Olof Hilmer Hedberg, Whaler & Merchant, Hobart
By Museums Victoria | Wednesday, 27 January 2021
Olof Hilmer Hedburg was born in the Swedish town of Uddevalla, on 14 April 1817. The first mention that numismatist Roger McNeice found of him in the public record was a listing as a small merchant in Sweden between 1835 and 1843. In 1838 he went to sea and eventually arrived in Hobart in 1844. He got work at the government's bonded store, through which he met Charles Seal. In 1850 Seal owned the largest fleet of ships in Tasmania, and it was through his backing that Hedberg was able to start his own business. In 1852, after Seal's death, Hedberg took over the running of his whaling business, which he later bought.
At this time Hobart was the base for the southern Ocean whaling fleet, which saw large numbers of ships using the port during the season. Hedberg himself owned two large whaling ships, the Victoria and the Maid of Erin. Whaling was a very profitable business for him until the mid-1850s, but then the price of whale oil, which had been as high as £83 per ton in the late 1840s, declined as did the number of whales being caught. Between the loss of income from whaling and the failure of a number of coal mines on the island's east coast, Hedberg was forced to turn to storekeeping and re-commenced business as produce merchant and commission agent in Argyle Street, Hobart. It was from this business that tokens were issued. The following year he became a British subject. Hedberg was also active in Hobart's volunteer fire brigade, acting as volunteer superintendent for more than 13 years.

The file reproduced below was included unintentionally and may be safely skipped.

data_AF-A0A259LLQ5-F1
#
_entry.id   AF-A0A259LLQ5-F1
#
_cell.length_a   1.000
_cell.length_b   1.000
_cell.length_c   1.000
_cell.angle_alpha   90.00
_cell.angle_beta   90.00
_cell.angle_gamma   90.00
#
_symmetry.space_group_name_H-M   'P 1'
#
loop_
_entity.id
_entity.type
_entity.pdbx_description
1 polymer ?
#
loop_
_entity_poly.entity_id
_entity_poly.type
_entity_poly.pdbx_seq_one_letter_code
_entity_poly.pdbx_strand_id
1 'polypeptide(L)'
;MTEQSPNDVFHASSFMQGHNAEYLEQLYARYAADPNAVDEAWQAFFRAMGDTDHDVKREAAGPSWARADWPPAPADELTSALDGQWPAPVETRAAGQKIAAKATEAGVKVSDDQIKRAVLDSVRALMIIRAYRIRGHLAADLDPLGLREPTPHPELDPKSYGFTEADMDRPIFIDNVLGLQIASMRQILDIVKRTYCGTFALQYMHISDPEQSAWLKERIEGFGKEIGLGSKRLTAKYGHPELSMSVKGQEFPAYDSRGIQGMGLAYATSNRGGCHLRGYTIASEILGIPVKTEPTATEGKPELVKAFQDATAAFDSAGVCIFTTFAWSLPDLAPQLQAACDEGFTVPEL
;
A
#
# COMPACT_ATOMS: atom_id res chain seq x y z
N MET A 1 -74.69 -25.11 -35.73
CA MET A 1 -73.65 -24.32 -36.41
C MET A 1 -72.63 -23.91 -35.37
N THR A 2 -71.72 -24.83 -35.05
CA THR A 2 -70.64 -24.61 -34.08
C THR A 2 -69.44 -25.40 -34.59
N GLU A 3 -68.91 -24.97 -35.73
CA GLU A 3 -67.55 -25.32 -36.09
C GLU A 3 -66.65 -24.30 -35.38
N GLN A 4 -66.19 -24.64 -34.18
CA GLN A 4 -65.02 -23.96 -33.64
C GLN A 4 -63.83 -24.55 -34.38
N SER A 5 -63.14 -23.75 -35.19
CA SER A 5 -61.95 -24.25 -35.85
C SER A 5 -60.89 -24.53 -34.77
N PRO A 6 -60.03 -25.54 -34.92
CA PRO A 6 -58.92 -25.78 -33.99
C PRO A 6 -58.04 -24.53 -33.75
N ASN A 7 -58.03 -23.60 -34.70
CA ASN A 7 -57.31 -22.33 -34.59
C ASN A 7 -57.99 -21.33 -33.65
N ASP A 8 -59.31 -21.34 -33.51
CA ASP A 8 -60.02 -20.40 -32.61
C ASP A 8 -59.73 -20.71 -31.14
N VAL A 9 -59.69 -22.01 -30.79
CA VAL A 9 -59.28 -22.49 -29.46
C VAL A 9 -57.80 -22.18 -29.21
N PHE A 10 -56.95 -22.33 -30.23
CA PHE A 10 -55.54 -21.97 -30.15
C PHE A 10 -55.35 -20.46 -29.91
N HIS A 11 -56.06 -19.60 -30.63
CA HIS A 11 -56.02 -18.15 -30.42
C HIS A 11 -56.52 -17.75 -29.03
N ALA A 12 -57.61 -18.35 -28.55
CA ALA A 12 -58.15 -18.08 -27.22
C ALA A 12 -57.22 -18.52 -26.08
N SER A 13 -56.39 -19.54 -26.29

As well as his business and volunteer lives, Hedberg also had a family life. He married twice, first to Martha Williams, with whom he had eight children, and then after her death, Marian Wardlaw with whom he had another two. He died on 22 August 1884. McNeice cites the Tasmanian's account, which reported that all the ships in Hobart's harbour flew their flags at half mast on the 30th and 31st.
Hedberg advertised a range of products in Tasmanian publications. In early 1858 he advertised Sperm Oil, Black Oil, Colza Oil, Paint Oils, Turpentine on the front page of the Hobart Mercury. In Walch's 1866 Tasmanian Almanac he took out a full page advertisement describing a wide range of paints, oils and varnishes.
Records from the Archives Office of Tasmania confirm the dates given by McNeice for Hedberg's birth, death, marriages, naturalisation and children.
His tokens were made by W.J. Taylor of London, although the later mules (tokens struck combining dies made for two separate issuers) are not necessarily Taylor's work. The Museum Victoria Catalogue dates the tokens to circa 1860.